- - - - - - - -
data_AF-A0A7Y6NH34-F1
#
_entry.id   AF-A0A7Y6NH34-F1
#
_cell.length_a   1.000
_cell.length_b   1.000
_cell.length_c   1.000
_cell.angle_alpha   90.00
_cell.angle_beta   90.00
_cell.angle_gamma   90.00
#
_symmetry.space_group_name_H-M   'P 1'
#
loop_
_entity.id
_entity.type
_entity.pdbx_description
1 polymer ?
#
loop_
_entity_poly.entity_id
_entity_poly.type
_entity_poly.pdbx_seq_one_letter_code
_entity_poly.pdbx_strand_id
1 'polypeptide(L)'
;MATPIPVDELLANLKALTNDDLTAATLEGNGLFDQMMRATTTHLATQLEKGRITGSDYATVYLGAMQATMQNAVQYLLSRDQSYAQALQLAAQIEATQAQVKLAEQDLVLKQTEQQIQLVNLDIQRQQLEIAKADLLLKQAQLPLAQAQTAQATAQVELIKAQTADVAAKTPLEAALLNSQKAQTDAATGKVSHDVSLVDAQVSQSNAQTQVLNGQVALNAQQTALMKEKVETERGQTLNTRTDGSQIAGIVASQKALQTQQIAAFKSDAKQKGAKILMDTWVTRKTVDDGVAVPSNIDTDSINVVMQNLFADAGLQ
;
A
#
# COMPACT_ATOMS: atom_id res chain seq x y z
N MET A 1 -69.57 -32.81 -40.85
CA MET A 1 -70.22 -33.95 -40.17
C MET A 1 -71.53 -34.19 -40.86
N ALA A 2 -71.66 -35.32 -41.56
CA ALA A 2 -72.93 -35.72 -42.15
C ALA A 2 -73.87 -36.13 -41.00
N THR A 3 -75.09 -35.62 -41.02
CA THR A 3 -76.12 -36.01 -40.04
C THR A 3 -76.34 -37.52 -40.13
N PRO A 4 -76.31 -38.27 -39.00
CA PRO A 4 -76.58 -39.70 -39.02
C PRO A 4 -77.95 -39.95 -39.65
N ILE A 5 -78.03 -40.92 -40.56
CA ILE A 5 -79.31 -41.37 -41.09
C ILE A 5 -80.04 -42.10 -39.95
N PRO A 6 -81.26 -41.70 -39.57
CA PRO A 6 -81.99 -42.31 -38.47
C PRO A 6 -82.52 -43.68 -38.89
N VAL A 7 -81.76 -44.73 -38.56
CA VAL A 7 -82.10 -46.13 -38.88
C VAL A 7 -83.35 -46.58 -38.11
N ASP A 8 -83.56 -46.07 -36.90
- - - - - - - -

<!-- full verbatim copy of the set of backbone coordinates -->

data_AF-A0A7Y6NH34-F1
#
_entry.id   AF-A0A7Y6NH34-F1
#
_cell.length_a   1.000
_cell.length_b   1.000
_cell.length_c   1.000
_cell.angle_alpha   90.00
_cell.angle_beta   90.00
_cell.angle_gamma   90.00
#
_symmetry.space_group_name_H-M   'P 1'
#
loop_
_entity.id
_entity.type
_entity.pdbx_description
1 polymer ?
#
loop_
_entity_poly.entity_id
_entity_poly.type
_entity_poly.pdbx_seq_one_letter_code
_entity_poly.pdbx_strand_id
1 'polypeptide(L)'
;MATPIPVDELLANLKALTNDDLTAATLEGNGLFDQMMRATTTHLATQLEKGRITGSDYATVYLGAMQATMQNAVQYLLSRDQSYAQALQLAAQIEATQAQVKLAEQDLVLKQTEQQIQLVNLDIQRQQLEIAKADLLLKQAQLPLAQAQTAQATAQVELIKAQTADVAAKTPLEAALLNSQKAQTDAATGKVSHDVSLVDAQVSQSNAQTQVLNGQVALNAQQTALMKEKVETERGQTLNTRTDGSQIAGIVASQKALQTQQIAAFKSDAKQKGAKILMDTWVTRKTVDDGVAVPSNIDTDSINVVMQNLFADAGLQ
;
A
#
# COMPACT_ATOMS: atom_id res chain seq x y z
N MET A 1 -69.57 -32.81 -40.85
CA MET A 1 -70.22 -33.95 -40.17
C MET A 1 -71.53 -34.19 -40.86
N ALA A 2 -71.66 -35.32 -41.56
CA ALA A 2 -72.93 -35.72 -42.15
C ALA A 2 -73.87 -36.13 -41.00
N THR A 3 -75.09 -35.62 -41.02
CA THR A 3 -76.12 -36.01 -40.04
C THR A 3 -76.34 -37.52 -40.13
N PRO A 4 -76.31 -38.27 -39.00
CA PRO A 4 -76.58 -39.70 -39.02
C PRO A 4 -77.95 -39.95 -39.65
N ILE A 5 -78.03 -40.92 -40.56
CA ILE A 5 -79.31 -41.37 -41.09
C ILE A 5 -80.04 -42.10 -39.95
N PRO A 6 -81.26 -41.70 -39.57
CA PRO A 6 -81.99 -42.31 -38.47
C PRO A 6 -82.52 -43.68 -38.89
N VAL A 7 -81.76 -44.73 -38.56
CA VAL A 7 -82.10 -46.13 -38.88
C VAL A 7 -83.35 -46.58 -38.11
N ASP A 8 -83.56 -46.07 -36.90